Tuesday, May 31, 2011

Combating Workaholism

We went to Arizona for vacation this spring.  It was my first 2 week vacation in many years.  The vacation allowed me to reflect and re-prioritize. Workaholism is something that I've struggled with throughout my career (although I feel like I've made some good strides since the old youth ministry days). There is a great article at Relevant Magazine that has a list of 10 ways to break through workaholism.  You can read the whole article here.  I've grabbed 3 of their suggestions to highlight here - the content from the article is in italics.

1. Observe the Sabbath
Because of my job, Sunday isn't a good Sabbath day for me.  But Friday is the day that I try to reserve for Sabbath.  I don't think the main point is the exact day, but that one day out of seven be set aside for rest and reflection.  I've tried to be much more intentional about how I spend my Sabbath day in recent months. 
After God had spent six days creating the earth, He rested on the seventh day and sanctified it. In Exodus 20: 8:10, we’re instructed: “Remember the Sabbath day by keeping it holy. Six days you shall labor and do all your work, but the seventh day is a sabbath to the Lord your God. On it you shall not do any work”. This isn’t just a suggestion—Sabbath observance is the fourth of the Ten Commandments. Going to church and then coming home to plug in your laptop so you can work the rest of the day just won’t cut it. If you know there’s a big meeting or a final coming up at the start of the week, push yourself hard on the previous Thursday and Friday. Bottom line: If a day of rest is good enough for God, it’s good enough for you, too.  
2. Unplug From Technology
I chose not to take my laptop on our vacation.  This was a good decision. It allowed me opportunity to slow everything down by removing the constant flow of information.
Dr. Bryan Robinson, author of Chained to the Desk, calls technology “the opium of our generation,” and few of us can claim we’ve never felt something of a rush when using a tech toy. But just because you’ve got a new, flashy cell phone, Blackberry or iPhone doesn’t mean you have to answer it, even if your company’s paying for it. Weekends and evenings are what the “ringer off” setting is designed for, so use it. You won’t be able to check work email if you don’t plug in your laptop, and let’s be honest: What could have happened at your job that’s so urgent it needs your immediate attention at 11 p.m. on a Saturday night?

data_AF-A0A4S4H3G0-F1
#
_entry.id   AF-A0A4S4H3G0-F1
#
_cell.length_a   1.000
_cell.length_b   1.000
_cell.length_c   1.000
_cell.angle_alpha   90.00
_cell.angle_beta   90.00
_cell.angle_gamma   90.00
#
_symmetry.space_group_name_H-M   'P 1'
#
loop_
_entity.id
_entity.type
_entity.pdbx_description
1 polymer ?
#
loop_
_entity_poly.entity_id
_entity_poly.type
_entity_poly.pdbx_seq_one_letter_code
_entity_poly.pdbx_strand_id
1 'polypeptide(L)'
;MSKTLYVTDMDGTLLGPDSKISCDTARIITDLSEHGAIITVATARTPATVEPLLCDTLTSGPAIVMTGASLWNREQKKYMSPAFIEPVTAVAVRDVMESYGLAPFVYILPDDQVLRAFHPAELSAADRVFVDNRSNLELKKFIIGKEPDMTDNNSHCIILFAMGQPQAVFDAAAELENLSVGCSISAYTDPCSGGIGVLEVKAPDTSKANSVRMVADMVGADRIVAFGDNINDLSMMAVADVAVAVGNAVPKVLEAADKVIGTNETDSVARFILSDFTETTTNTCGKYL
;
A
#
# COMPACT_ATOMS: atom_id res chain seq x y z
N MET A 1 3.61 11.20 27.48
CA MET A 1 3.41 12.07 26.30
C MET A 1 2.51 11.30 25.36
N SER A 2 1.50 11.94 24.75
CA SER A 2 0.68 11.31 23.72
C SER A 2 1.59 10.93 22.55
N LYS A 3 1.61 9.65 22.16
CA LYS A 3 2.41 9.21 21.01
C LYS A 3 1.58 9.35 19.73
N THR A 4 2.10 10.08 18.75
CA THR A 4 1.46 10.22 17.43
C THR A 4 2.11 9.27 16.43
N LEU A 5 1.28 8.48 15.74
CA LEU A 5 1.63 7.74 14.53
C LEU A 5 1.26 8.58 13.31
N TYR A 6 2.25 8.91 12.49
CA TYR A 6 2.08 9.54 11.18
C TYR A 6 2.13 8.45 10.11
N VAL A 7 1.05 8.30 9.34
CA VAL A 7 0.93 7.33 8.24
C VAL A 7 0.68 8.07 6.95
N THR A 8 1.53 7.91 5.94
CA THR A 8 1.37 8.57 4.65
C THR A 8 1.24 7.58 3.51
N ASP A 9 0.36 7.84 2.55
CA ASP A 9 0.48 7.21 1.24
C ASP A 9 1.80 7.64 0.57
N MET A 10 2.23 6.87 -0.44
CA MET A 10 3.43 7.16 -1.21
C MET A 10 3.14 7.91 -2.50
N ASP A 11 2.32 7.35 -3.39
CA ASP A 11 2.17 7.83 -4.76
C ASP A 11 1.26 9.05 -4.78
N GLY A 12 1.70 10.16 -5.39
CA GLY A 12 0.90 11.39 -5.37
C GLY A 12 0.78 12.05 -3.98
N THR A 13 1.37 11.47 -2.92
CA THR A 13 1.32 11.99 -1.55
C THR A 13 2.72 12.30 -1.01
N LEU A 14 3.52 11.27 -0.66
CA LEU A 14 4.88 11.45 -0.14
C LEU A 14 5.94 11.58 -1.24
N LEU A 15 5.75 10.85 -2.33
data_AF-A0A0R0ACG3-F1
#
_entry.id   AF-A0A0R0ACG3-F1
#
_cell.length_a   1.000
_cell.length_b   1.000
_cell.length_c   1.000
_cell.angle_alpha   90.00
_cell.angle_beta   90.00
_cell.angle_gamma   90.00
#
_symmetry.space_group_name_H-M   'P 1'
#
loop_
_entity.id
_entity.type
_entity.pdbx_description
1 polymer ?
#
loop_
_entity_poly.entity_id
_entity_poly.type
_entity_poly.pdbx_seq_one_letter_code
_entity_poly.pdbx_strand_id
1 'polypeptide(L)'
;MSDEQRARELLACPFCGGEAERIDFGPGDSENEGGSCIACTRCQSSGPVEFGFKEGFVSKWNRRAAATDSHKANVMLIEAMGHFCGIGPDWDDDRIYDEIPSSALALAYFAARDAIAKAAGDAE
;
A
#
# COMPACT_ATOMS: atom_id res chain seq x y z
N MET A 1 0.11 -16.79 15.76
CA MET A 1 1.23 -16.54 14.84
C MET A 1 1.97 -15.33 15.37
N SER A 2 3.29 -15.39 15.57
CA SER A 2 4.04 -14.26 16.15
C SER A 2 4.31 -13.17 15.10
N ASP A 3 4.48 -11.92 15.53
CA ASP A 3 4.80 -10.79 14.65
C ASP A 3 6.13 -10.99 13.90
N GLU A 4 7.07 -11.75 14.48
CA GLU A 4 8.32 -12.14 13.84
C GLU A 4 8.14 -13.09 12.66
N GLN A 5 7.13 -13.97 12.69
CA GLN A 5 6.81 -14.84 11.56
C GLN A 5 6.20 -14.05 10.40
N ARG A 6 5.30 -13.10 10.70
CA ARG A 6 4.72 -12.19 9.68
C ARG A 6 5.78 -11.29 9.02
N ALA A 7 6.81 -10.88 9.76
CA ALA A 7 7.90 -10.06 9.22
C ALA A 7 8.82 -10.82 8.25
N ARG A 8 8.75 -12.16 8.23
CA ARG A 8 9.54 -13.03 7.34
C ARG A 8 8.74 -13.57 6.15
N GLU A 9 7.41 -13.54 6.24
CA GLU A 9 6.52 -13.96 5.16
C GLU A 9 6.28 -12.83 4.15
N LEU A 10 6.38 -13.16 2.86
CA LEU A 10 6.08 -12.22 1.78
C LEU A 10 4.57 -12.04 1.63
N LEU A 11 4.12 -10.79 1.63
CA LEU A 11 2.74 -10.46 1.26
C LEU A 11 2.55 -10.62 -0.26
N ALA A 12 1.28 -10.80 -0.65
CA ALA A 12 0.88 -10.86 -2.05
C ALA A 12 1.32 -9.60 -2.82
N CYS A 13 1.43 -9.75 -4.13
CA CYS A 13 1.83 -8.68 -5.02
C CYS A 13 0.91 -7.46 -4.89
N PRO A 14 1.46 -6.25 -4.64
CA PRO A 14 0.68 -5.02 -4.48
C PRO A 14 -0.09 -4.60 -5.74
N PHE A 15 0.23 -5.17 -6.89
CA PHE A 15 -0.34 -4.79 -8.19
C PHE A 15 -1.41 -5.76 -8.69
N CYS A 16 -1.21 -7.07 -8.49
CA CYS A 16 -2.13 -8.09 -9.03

3. Stop Procrastinating
This is one that I need to continue to get better at.  It is the #1 contributor to my workaholism.  When I'm staying ahead on projects and deadlines my workflow is much more manageable.  I've been a life-long procrastinator -and just this year I've started to leverage my calendar and pre-planning to try to combat this.  I'm forcing myself into a schedule that keeps the procrastination to a minimum and helps me to work ahead.
Responding immediately to friends' and colleagues’ voice mails, IMs, Facebook posts, and emails adds up, eventually creating a mountain between you and what you need to get done before the end of the day. Leaving projects until the last minute can be even worse, as it creates unnecessary pressure and can leave you unprepared for that important presentation to your boss. If you plan ahead, particularly for big projects, and block off time daily during which phone, IM and email are off limits, you’ll have no problem getting tasks finished.
What are some tips that you have found helpful in combating workaholism?

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